In my youth, the images of the Reformation were all around me, when I cared to look. The Wishart Arch in my native Dundee where the Protestant Reformer, George of that ilk, is said to have preached.
Its defiant survival is probably owing to that presumed connection.
The remainder of glorious, old Dundee was cheerfully demolished by enlightened, progressive civic leaders.
In St Andrews, we youthful students were conjoined to avoid stepping on the initials PH carved into the pavement outside St Salvator's Chapel (the site commemorates Patrick Hamilton, a martyr.)
Cathedral and castle
Stand on the letters, we were told, and you would fail your finals. Even now, decades after that particular challenge, I steer well clear.
Then also in the Auld Grey Toon there is the Cathedral whose decline, if not final fall, can be dated to the Reformation when iconoclastic opinion turned against idols.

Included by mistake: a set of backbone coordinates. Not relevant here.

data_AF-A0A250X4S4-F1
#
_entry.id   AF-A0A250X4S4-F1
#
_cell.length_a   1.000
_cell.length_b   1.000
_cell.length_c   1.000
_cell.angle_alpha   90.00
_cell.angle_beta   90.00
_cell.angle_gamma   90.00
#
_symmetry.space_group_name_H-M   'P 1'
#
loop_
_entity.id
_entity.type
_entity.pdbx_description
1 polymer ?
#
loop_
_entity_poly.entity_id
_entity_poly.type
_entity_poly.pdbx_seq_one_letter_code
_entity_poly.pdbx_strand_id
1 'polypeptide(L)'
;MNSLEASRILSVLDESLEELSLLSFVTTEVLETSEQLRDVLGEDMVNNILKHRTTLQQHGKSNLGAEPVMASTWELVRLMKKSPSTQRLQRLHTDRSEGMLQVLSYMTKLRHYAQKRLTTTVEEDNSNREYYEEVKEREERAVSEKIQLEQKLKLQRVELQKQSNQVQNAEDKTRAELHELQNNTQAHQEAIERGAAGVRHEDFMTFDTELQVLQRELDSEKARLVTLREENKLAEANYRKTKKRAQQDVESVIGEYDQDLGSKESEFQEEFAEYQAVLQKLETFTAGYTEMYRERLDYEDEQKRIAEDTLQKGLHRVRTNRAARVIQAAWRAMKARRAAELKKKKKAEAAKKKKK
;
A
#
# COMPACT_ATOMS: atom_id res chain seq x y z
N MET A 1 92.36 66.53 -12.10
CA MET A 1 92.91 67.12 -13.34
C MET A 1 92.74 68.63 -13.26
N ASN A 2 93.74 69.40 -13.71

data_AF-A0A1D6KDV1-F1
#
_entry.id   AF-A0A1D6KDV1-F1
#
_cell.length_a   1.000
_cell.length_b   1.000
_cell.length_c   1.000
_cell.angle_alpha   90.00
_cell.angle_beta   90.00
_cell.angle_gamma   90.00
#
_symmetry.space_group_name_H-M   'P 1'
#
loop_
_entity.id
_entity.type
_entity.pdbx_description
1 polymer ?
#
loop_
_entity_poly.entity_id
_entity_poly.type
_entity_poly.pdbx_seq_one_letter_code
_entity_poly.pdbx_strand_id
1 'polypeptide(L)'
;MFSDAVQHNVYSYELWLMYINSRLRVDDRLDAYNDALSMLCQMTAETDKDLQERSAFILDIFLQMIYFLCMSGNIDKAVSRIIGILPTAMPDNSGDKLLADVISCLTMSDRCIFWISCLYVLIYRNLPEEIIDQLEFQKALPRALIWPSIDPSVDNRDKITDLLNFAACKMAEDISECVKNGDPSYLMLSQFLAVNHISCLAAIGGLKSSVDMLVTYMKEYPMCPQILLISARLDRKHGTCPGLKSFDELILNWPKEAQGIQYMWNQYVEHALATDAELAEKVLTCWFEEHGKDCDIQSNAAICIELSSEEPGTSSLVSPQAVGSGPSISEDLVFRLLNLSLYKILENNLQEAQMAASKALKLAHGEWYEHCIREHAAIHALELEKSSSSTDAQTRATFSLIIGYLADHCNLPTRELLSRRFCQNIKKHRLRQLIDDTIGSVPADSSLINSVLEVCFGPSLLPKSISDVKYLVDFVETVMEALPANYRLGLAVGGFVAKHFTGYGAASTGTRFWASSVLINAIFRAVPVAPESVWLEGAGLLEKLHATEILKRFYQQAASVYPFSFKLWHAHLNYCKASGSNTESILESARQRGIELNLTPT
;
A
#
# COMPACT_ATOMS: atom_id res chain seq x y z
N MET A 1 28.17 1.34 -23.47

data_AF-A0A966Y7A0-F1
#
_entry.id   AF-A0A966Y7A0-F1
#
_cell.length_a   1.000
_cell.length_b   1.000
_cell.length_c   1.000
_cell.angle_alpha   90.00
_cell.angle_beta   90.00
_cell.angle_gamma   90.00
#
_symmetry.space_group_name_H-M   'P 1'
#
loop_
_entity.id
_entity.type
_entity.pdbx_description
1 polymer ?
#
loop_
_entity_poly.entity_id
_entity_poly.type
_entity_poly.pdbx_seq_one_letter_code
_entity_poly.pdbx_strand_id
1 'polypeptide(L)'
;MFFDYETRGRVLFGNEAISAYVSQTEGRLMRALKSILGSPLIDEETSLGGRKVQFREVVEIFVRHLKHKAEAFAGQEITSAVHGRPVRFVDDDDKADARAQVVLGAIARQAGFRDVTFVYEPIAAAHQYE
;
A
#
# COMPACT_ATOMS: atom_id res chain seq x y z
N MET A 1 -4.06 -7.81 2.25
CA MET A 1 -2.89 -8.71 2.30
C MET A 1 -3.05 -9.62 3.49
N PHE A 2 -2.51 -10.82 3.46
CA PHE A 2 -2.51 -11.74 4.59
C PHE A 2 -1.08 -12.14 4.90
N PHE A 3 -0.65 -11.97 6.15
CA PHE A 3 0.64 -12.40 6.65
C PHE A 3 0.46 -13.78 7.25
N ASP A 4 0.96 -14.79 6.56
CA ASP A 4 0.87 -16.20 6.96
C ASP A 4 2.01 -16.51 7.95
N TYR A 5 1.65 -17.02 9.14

And the Castle, home to Cardinal Beaton who was, let us say, less than keen on what he believed was "heresy".
It was always about politics as much as religion. Or rather the religion of those times WAS politics. It was power, it was law, it was punishment.
But it was also social provision, discipline, education.
So you can look back to the Reformation - and you can see a disruption which still echoes today, if you choose.
Or you can look back to the Reformation - and you can see a radical new approach to governance, including nation-wide education. Again, if you choose.
Whatever vision is uppermost in your thinking, it is indisputable that the Reformation is hugely signficant in Scottish history, an intrinsic part of this nation.
A prime motivation for the 1707 Parliamentary Union was securing the Protestant succession to the British throne.
Which is why it is right that the First Minister should today be marking the 450th anniversary of the Reformation at an event in Edinburgh.
And why it is particularly pleasing to see that modern Scotland will commemorate that distant event in the presence of leading figures from the Kirk and the Catholic Church.
And why it is pleasing, further, to note that each of Scotland's prominent contemporary faith groups will be invited to a reception at Edinburgh Castle, also today. History matters. So does today's Scotland.